Fast Chargers = 100 miles / charging hour
Level 2 Chargers = 15-35 miles / charging hour

The number I Googled about Tesla is that the maximum range of it's Model S is now 370 and the Model X is now 325.

Another site says that from an standard electrical receptacle from zero to 300 miles would take about 52 hours at that rate .... over 2 days.

Except for some solar PV Projects Palo Alto does not generate its own electricity. If we ramp up charging in this city what percent is that going to increase the amount of energy we must import and and overall energy liability?

Over two days for a complete fill-up for a premium automobile, even one that tax-payers are subsidizing seems like kind of a conspicuous consumption kind of thing?


7 people like this
Posted by Resident
a resident of Another Palo Alto neighborhood
on Sep 2, 2019 at 4:08 pm

Many of the commenters here seem to have divine knowledge of where the park users reside. I wonder how they know that they are not Palo Alto residents?


4 people like this
Posted by DTN Paul
a resident of Downtown North
on Sep 2, 2019 at 7:35 pm

DTN Paul is a registered user.

I vote for getting rid of the community gardens, esp in small parks like Johnson Park, close to where I live. I get that people like to garden, and some people don’t have access to a plot of land to do so, but how is a community garden different than renting out small parcels of our parks for private use? They are the opposite of “community.” They are a big chunk of our parks that are in effect closed off to the community, accessable only to designated individuals. Given how crowded our parks are, should we be allocating parts of them for private use? It makes no sense to me.


Like this comment
Posted by musical
a resident of Palo Verde
on Sep 2, 2019 at 9:00 pm

^ Tax assessor know about community gardens so he can charge possessory interest?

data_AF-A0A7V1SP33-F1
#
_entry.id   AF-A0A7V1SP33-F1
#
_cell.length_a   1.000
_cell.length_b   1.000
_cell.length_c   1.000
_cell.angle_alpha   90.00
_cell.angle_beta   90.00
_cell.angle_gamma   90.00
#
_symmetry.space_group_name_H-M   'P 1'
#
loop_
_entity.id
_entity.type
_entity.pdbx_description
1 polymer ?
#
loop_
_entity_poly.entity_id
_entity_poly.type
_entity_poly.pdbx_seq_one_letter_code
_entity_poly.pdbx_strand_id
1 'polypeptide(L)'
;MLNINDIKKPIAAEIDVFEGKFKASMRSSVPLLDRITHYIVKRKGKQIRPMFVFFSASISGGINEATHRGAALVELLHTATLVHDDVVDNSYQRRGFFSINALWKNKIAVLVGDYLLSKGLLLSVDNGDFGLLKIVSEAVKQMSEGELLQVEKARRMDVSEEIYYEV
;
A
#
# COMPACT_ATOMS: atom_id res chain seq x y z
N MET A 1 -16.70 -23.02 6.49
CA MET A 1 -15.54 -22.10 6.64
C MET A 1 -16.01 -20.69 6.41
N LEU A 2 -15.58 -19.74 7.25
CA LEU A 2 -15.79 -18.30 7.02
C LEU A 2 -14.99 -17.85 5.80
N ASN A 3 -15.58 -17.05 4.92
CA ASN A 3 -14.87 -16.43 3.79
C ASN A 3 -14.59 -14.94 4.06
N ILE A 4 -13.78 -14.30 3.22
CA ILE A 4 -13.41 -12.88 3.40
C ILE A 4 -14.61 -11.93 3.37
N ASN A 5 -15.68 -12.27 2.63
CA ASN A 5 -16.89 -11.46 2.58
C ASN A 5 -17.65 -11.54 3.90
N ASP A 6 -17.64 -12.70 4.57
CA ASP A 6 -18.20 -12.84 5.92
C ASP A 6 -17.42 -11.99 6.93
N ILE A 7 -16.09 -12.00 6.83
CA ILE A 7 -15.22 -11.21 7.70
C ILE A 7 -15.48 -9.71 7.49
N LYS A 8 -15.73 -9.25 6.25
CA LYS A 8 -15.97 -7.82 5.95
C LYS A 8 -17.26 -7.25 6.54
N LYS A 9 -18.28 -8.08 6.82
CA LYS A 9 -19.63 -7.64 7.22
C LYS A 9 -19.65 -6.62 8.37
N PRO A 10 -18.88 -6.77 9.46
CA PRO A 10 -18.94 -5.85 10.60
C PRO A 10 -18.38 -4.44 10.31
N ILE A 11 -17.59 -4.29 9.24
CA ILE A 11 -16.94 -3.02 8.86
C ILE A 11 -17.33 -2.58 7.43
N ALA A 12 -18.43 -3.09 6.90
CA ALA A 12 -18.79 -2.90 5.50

4 people like this
Posted by Palo Alto Parent
a resident of Adobe-Meadow
on Sep 4, 2019 at 11:24 am

How is it that you mention playgrounds in Palo Alto, without referncing Magical Bridge Playground inside of MItchell Park, which welcomes over 25k visitors per month?

This is the one playground which welcomes visitors of every age and every ability.


5 people like this
Posted by Anon
a resident of Another Palo Alto neighborhood
on Sep 4, 2019 at 11:28 am

The link in the original article seems to be broken.


8 people like this
Posted by Sprawling??
a resident of Adobe-Meadow
on Sep 4, 2019 at 11:38 am

The definition of sprawling: spreading out over a large area in an untidy or irregular way.

Is that what is happening in parks? are they spreading out or getting bigger and untidy? Are parks really spreading out, AKA sprawling??

I know it SOUNDS like "Crawling" so "Crawling with visitors" may be what you were going for.

Example of correct usage: A ranch can be sprawling, even with nobody on it.
More people does not change the sprawling nature of the ranch.

Good grief.


4 people like this
Posted by Cynthia G.
a resident of Community Center
on Sep 4, 2019 at 12:41 pm

Palo Alto Parent brings up a curious point about Magical Bridge being ommitted in this article. Any time we get out of town visitors, that's the only park we take them to and they are always completely amazed by it. Most of our other parks are the same designs and not too imaginative.

WEEKLY STAFF: The "survey" link isn't working and I'd be interested in that.


2 people like this
Posted by Anon
a resident of Another Palo Alto neighborhood
on Sep 4, 2019 at 1:46 pm

Posted by Sprawling?? a resident of Adobe-Meadow

>> The definition of sprawling: spreading out over a large area in an untidy or irregular way.

I've seen visitors to Palo Alto parks sprawling, crawling, hopping, jumping, skipping, rolling, and more. And you can too-- just visit the Magical Bridge playground on a weekend. The Magical Bridge is a destination, with many visitors from out of town as well as locals. Works for me.